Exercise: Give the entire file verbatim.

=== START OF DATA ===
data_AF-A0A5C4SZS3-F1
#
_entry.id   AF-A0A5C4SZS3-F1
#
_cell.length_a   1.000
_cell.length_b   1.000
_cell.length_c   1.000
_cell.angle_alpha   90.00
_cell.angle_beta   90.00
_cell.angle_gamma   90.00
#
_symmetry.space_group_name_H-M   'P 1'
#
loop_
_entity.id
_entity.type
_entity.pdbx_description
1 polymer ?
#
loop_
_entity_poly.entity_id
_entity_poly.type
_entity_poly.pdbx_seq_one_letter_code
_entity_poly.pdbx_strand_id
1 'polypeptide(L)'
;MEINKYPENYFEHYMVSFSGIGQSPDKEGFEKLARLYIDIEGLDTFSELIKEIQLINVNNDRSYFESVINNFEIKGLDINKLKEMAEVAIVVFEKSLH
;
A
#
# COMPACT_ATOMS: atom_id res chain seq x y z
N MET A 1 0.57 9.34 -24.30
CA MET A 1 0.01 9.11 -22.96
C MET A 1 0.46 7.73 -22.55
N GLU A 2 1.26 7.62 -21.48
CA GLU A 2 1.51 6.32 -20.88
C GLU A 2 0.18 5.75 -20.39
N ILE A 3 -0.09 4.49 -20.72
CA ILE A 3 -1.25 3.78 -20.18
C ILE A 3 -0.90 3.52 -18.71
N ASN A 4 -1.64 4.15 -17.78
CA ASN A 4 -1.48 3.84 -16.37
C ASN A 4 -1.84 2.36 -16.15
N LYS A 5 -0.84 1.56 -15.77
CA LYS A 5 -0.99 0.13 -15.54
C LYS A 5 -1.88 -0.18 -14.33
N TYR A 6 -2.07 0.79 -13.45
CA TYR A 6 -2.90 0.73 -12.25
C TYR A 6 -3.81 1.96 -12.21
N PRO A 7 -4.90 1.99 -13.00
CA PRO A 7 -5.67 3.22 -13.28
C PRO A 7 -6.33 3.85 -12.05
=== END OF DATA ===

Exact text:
data_AF-A0A5C4SZS3-F1
#
_entry.id   AF-A0A5C4SZS3-F1
#
_cell.length_a   1.000
_cell.length_b   1.000
_cell.length_c   1.000
_cell.angle_alpha   90.00
_cell.angle_beta   90.00
_cell.angle_gamma   90.00
#
_symmetry.space_group_name_H-M   'P 1'
#
loop_
_entity.id
_entity.type
_entity.pdbx_description
1 polymer ?
#
loop_
_entity_poly.entity_id
_entity_poly.type
_entity_poly.pdbx_seq_one_letter_code
_entity_poly.pdbx_strand_id
1 'polypeptide(L)'
;MEINKYPENYFEHYMVSFSGIGQSPDKEGFEKLARLYIDIEGLDTFSELIKEIQLINVNNDRSYFESVINNFEIKGLDINKLKEMAEVAIVVFEKSLH
;
A
#
# COMPACT_ATOMS: atom_id res chain seq x y z
N MET A 1 0.57 9.34 -24.30
CA MET A 1 0.01 9.11 -22.96
C MET A 1 0.46 7.73 -22.55
N GLU A 2 1.26 7.62 -21.48
CA GLU A 2 1.51 6.32 -20.88
C GLU A 2 0.18 5.75 -20.39
N ILE A 3 -0.09 4.49 -20.72
CA ILE A 3 -1.25 3.78 -20.18
C ILE A 3 -0.90 3.52 -18.71
N ASN A 4 -1.64 4.15 -17.78
CA ASN A 4 -1.48 3.84 -16.37
C ASN A 4 -1.84 2.36 -16.15
N LYS A 5 -0.84 1.56 -15.77
CA LYS A 5 -0.99 0.13 -15.54
C LYS A 5 -1.88 -0.18 -14.33
N TYR A 6 -2.07 0.79 -13.45
CA TYR A 6 -2.90 0.73 -12.25
C TYR A 6 -3.81 1.96 -12.21
N PRO A 7 -4.90 1.99 -13.00
CA PRO A 7 -5.67 3.22 -13.28
C PRO A 7 -6.33 3.85 -12.05